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Paleo Slide Set: Low Latitude Ice Cores: High Resolution Records of Climatic Change and Variability in the Tropics and Subtropics
Melting core samples
Core samples from Quelccaya were melted in closed containers by passive solar heating, bottled, and sealed with wax. The bottles were then shipped back to the United States for laboratory analysis. Two of the analyses performed on the cores are presented here, accumulation and the oxygen isotope ratio (known as d18O). Accumulation is a measure of annual layer thickness normalized to account for the compression of ice layers at depth and corrected for ice flow dynamics. The oxygen isotope ratio (a measure of the ratio of heavy oxygen (18O) to light oxygen (16O)) is a proxy measure for paleotemperature, though it also reflects changes in snow surface processes and water-vapor history.

One of the most salient features in the last millennium of climate history is the Little Ice Age, a loosely-defined period of cold temperatures and increased climatic variability that has been documented in many parts of the globe.* As this figure shows, the Little Ice Age is identified in the Quelccaya climate record as a period of 'colder' (more negative) d18O roughly bracketed between 1550 A.D. and 1900 A.D. The accumulation record is more complex, showing a pronounced wet period before 1700 followed by significantly drier conditions thereafter.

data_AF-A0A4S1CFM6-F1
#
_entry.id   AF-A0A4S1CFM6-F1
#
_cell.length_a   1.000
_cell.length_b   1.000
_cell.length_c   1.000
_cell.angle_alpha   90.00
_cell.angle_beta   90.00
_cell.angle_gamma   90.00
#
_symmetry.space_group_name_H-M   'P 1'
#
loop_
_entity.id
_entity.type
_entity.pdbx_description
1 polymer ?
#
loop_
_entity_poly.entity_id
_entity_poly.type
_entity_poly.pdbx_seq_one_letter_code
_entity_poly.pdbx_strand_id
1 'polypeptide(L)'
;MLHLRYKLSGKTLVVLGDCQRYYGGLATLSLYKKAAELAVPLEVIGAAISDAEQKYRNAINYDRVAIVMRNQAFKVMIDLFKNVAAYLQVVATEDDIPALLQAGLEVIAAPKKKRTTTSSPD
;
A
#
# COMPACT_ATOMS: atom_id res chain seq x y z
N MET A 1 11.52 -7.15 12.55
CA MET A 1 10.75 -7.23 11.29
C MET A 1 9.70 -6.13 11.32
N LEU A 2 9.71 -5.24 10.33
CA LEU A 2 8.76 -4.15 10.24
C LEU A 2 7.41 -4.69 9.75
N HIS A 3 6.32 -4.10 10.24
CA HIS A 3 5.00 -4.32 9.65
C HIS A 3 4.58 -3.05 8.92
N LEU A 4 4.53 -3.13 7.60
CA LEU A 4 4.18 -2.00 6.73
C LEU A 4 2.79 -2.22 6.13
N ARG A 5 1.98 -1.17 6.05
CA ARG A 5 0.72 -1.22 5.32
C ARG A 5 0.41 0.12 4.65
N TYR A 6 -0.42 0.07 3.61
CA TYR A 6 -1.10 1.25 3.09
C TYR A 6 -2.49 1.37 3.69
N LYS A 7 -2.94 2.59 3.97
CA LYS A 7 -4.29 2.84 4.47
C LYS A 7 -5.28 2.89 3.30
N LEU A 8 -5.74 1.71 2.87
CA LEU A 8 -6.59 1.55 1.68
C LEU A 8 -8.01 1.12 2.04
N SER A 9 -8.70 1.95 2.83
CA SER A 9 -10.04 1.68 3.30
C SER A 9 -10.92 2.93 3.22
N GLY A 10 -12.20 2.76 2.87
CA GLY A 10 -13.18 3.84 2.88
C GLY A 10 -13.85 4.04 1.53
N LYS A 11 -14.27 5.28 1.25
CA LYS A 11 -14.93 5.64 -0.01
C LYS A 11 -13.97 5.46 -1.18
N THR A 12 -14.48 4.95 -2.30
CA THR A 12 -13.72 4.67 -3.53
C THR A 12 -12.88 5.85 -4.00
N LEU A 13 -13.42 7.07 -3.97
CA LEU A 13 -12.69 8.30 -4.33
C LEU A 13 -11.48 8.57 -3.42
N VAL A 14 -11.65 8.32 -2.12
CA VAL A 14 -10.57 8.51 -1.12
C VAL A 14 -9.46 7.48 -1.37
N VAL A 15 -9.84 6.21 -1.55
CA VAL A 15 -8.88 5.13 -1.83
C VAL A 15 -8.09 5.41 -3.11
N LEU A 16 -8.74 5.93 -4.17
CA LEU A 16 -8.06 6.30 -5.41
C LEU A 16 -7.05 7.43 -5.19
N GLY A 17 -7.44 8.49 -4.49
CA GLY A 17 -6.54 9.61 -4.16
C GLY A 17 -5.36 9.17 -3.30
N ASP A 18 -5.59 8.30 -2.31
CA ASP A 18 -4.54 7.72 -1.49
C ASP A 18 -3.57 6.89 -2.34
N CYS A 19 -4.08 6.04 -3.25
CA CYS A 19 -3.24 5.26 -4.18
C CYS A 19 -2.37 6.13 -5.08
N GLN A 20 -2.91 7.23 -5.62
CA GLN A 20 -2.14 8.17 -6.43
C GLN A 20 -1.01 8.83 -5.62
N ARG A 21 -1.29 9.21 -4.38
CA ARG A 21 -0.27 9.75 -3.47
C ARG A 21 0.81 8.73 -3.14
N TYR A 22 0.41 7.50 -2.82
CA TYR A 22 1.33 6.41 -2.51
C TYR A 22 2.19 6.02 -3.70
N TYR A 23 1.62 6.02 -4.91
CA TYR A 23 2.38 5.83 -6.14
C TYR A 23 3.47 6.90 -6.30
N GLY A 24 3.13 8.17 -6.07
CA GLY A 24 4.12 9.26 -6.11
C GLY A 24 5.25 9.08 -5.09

500-600 Early Intermediate: Regional centers of culture flourished in coastal valleys.

600-1000 Middle Horizon: Rise and establishment of 1, 2, or more highland empires (this period is divided into two eras, prior to 800 when Huari served as the center for a large highland empire, and after 800 when highland cultures continued to flourish despite the fall of Huari).

1000-1476 Late Intermediate: A number of regional culture centers rose on the coast.

1476-1532 Late Horizon: The highland Inca Empire quickly establishes hegemony over a vast region from Quito (now in Ecuador) to northern Chile.

Photo Credits:
Lonnie Thompson
Byrd Polar Research Center, The Ohio State University

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Last Modified: 12 October 2001

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